Let’s summarise where the Nikon Z7 has it right in numerous ergonomic areas over the Sony A7 III –
- Play and delete buttons out of the way on left shoulder.
- Better quality EVF.
- Larger LCD, with more contrast (although could be even larger if they’d get rid of the bezel and use an OLED!).
- Stills/movie live-view lever (my number 1 preferred way to switch) instead of movie button on back (that should be on top).
- All important Movie and ISO button right next to main shutter release.
- D-pad instead of easy to knock rear dial on the Sony
- Big, easier to locate multi-function top-rear dial instead of stiff exp. compensation dial.
- No bullshit mode dial with 3 custom slots and then just PSAM / auto.
- Dedicated back AF button and magnification button for MF
- Dedicated Info button rather than Disp. on upward press of d-pad
- Bigger grip
And where I prefer the Sony over the Z7 –
- More function buttons on top and back (the two on Z7 are near lens mount, grip side – maybe I’ll get used to them)
- Nicer card door with springy action
- Erm, that’s about it
And the X-T3 is pretty nice as well which is why I am often inspired to pick up other cameras rather than one with super specs but “dead” in-hand feel.
The screen dominates the back and leaves very little room for the joystick and d-pad but they are arranged such that it doesn’t bother me and that gorgeous screen is nice to have. It does not use the smallest possible HDMI port, it’s one down from full size-HDMI so that is a positive for people interested in using the 10bit N-LOG to something like an Atomos Ninja. Big chunky D850 battery in the base, big chunk XQD card door but only one slot. Speaking of which…
XQD makes RAW possible
I have no doubt with sustained read and write speeds like this we will get RAW recording on one of these cameras in the future. There is no reason why it can’t do it now with Cinema DNG 3:1, an open standard with no license fee. Firmware update anyone?
There is also a USB C jack which has the data transfer rates for 4K RAW to a Samsung T5 and the same port allows in-camera charging, I feature I have come to love when travelling.
Large mount = Medium format in the future?
I decided to get my GFX 50S out and compare the size of the sensor and mount. As we know, Nikon went for an over-sized mount on the Z7, they claim to support very wide aperture glass like the F0.95 50mm they have in the pipeline. Sony then debunked the need for such a large mount diameter for fast glass in a presentation. There’s also speculation the large mount is to allow for a “Super full frame” crop-medium format sensor like the GFX 50S in future. To be honest, having compared the mount of the Fuji GFX and Nikon Z7 below, I can’t see that happening.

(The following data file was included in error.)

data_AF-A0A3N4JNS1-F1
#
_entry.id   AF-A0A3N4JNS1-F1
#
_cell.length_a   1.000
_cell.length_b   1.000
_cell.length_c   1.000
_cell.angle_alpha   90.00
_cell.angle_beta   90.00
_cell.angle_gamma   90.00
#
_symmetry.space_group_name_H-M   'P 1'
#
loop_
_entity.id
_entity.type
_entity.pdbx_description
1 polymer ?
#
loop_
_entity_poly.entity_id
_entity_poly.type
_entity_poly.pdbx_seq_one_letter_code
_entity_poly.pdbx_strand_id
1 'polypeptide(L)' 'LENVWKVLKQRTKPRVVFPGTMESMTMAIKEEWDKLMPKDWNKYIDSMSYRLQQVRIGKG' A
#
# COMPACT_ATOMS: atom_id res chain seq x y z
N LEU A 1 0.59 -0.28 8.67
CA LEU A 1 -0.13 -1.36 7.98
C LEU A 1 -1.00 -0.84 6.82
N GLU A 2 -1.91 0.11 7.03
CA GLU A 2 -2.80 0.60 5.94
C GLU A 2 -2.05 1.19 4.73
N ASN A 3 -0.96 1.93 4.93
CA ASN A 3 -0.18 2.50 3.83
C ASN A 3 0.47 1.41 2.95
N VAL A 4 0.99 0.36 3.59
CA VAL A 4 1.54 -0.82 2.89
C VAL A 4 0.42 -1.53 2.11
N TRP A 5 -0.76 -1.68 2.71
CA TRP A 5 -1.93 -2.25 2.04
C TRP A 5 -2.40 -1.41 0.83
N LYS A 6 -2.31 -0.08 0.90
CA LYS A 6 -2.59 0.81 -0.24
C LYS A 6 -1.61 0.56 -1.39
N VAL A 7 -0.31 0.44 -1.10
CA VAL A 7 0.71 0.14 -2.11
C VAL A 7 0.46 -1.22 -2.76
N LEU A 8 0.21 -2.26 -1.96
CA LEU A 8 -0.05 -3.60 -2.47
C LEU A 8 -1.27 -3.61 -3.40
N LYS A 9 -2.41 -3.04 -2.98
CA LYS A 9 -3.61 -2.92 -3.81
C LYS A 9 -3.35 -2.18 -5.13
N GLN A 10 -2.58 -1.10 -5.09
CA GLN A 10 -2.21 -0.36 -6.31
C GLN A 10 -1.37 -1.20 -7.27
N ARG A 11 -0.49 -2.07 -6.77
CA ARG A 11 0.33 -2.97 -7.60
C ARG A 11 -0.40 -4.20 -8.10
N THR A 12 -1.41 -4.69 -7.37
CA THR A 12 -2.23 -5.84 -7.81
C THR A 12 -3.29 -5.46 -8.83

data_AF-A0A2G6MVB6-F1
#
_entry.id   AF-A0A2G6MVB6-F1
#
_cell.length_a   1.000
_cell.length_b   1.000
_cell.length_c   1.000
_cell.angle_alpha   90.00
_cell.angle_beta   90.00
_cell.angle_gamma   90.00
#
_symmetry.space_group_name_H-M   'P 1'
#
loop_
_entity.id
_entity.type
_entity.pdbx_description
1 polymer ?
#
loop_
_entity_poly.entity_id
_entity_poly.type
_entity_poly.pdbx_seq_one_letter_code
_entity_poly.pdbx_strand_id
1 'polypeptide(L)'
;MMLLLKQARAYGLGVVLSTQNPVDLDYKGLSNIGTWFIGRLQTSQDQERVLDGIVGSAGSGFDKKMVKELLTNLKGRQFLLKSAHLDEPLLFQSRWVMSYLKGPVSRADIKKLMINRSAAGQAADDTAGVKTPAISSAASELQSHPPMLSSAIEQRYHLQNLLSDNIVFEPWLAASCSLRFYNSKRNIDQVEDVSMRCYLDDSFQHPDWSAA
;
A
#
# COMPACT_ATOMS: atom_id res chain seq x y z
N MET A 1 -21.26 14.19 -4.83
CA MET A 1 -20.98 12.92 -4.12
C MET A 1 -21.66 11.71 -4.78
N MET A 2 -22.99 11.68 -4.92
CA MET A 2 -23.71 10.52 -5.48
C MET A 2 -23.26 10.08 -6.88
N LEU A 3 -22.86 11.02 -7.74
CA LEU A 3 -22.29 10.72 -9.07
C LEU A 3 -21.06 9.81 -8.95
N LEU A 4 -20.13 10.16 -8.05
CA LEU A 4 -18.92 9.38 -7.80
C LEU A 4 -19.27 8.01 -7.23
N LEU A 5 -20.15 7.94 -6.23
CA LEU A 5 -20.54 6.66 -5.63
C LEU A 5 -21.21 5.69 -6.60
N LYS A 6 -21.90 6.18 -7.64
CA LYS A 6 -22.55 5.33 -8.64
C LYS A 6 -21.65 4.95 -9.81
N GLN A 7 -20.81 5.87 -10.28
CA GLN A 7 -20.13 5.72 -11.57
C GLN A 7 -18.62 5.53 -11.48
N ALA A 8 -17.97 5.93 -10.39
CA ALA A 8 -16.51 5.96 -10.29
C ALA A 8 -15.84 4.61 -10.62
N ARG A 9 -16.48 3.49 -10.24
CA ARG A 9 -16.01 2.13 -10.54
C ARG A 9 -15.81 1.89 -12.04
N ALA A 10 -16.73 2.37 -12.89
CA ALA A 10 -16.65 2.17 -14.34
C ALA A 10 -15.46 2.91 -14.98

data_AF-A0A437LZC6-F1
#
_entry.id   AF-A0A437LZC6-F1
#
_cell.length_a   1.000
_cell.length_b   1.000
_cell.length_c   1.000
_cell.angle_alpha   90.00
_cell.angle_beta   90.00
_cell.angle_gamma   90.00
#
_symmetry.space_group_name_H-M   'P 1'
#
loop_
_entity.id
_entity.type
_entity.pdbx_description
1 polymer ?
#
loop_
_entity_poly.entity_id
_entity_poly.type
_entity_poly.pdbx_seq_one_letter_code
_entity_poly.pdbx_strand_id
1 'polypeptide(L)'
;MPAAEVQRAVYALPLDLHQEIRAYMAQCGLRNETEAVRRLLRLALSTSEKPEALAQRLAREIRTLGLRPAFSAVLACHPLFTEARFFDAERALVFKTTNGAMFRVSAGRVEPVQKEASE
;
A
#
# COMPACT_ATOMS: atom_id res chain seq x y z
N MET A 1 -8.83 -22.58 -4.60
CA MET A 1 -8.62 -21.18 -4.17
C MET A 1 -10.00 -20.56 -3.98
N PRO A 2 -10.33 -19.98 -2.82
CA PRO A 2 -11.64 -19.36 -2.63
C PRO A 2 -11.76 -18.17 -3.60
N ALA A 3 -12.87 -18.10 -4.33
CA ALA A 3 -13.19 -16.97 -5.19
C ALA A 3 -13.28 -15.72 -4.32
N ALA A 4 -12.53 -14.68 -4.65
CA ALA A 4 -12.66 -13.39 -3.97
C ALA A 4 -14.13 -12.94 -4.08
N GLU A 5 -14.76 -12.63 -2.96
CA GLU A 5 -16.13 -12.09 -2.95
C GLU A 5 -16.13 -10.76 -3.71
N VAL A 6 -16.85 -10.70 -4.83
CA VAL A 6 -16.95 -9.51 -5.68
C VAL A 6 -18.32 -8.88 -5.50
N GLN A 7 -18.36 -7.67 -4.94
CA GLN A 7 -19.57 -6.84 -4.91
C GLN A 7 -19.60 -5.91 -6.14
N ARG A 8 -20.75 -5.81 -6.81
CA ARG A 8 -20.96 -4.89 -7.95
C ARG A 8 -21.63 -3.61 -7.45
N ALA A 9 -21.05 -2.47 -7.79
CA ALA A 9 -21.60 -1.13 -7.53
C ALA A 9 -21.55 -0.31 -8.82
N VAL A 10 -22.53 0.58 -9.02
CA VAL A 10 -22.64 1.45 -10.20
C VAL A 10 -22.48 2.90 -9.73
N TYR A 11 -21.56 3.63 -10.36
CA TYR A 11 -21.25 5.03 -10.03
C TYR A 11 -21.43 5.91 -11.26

Above: Left – Fuji GFX 63mm lens. Right – Nikon Z 35mm F1.8
As for F0.95, you can use the Leica Noctilux 50mm F0.95 on the Sony E-mount full frame cameras and the Leica M has a much smaller mount diameter as well. What Nikon could be trying to do is avoid what happens on some of the lenses with very large rear elements – where reflections or things interfere with the edge of the glass causing strange bokeh. This appears to be an issue on some of the old Minolta 58mm F1.2 lenses and the Canon EF 85mm F1.2L where the electronic contacts are actually glued on OVER the rear element!!
Nikon better on very large and bright rear elements is a smart move to combat Super Full Frame size sensors if they become very popular in future, like I can see happening with the Fuji GFX system.
Next on EOSHD I’m going to check out the image quality in 4K. I expect it to be similar to the D850 which is VERY cinematic especially in the Flat profile which really brings out superb dynamic range and colours. The higher-bitrate codec is very fat. I preferred the D850’s video quality to the A7R III and A7 III.
The Nikon files also tend to be smoother to edit, compared to 10bit H.265 which can be much harder. Also crucially this could have an AF system that beats the Panasonic GH5 and upcoming S1, so there’s an element of future proofing as well.
The Fujifilm X-T3 wins the $1500 market in my opinion. The Nikon Z7 beats Sony at the $3000+ end, but the eco-system around it isn’t yet as established. There are some things Sony do better like allowing LOG internally even in 8bit, whereas Nikon have their excellent Flat profile for that, I’d rather have the choice of both internally. Fuji give us 10bit 4K/60p for half the price as well. I can see that being a much more popular camera and I am loving mine – but is it flat out better? It’s not full frame. It does not have IBIS. So food for thought.
Stay tuned for a full review of both the Z7 and X-T3.